December 4, 2009

Cutting a dollhouse window opening

photo copyright Karin Corbin 2009

I was part way through building the shed roofed addition to house the box bed when I decided to add another window in it.

No way did I want to start over again. No way did I want to loose all the hours I spent in making thicknessing, sanding, routing, painting and gluing on the wood paneling that covers the walls.

This situation is very familiar to anyone who has ever modified a dollhouse kit or purchased an old dollhouse and made changes to it after the walls are up.

So here is what I did. I marked out the lines for the window opening. I used one of my very well loved diamond coated cut off disk in a Dremel Motor to cut down through those lines from inside the dollhouse. It is easier to work from outside a dollhouse but I wanted to exactly follow those panel grooves for this window.

photo copyright Karin Corbin 2009

Because the disk is an arc it won't cut all the way through the wood into the corners. In fact I only got a cut through right in the centers of the lines as I am putting in a very small window. But the cut through opening made with the disk was just long enough to feed through a small, razor sharp flush trimming saw.

photo copyright Karin Corbin 2009

Oh how I love these little saws, the blade is thin enough and strong enough to flex a bit without a permanent kink it you don't force it too hard. That allowed me to sneak it inside the walls of this small space and follow the kerf of the cut off disk. Now I have very nice square corners in my window opening. Job done, ready for me to build a window to fit in there.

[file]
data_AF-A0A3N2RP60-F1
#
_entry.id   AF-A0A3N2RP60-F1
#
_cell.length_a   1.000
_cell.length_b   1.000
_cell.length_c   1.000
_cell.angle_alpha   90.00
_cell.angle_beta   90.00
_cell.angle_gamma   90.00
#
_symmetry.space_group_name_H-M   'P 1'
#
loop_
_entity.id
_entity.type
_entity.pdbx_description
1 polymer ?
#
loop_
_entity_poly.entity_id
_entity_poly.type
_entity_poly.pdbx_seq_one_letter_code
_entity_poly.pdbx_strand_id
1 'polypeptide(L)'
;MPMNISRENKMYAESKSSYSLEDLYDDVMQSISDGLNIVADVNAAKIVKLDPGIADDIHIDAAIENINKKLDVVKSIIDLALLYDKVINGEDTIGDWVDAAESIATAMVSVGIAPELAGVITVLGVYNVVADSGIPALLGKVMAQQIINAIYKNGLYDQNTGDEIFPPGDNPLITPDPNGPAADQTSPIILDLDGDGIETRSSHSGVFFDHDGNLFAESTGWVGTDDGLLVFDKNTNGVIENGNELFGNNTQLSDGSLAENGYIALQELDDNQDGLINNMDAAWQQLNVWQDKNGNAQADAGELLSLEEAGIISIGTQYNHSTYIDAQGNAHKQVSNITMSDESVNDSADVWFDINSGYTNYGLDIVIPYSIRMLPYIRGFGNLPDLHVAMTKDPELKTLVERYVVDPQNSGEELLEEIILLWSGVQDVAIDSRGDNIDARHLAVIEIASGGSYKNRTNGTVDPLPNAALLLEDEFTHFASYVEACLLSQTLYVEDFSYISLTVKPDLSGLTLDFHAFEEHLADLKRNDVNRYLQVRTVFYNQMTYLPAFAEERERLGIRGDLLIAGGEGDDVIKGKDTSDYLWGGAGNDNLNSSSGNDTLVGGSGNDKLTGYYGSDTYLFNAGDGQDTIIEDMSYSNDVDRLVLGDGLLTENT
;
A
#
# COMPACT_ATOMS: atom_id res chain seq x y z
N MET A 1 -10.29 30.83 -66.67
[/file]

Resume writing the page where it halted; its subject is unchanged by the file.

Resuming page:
Hope this method helps you get in a jamb* some day when you want to add another window or door where there was not one before.

Widget Supply is a good place to purchase these diamond coated cut-off disk. Just do a search for diamond disk, be sure you get one with a mandrel so you can mount it in your motor tool. Just like sandpaper they come in different grits.
photo copyright Karin Corbin 2009

My little flush time saw came from Hardwicks Hardware in Seattle, Washington, USA. It is important that this type of saw does not have offset teeth. A typical razor saw does not have offset teeth either. Lack of offset means it will follow along in a groove without cutting into the sides of the groove. You might find something similar in your area and sometimes people call them Bonsai saws as they are used in that hobby for trimming branches flush against the trunks. You can get a keyhole version of this saw too as well as folding handles. The blades are very thin and extremely sharp, they cut quickly with little effort.

*Pun intended, jambs are the wood liners that go against the house framing to trim out a window or door opening.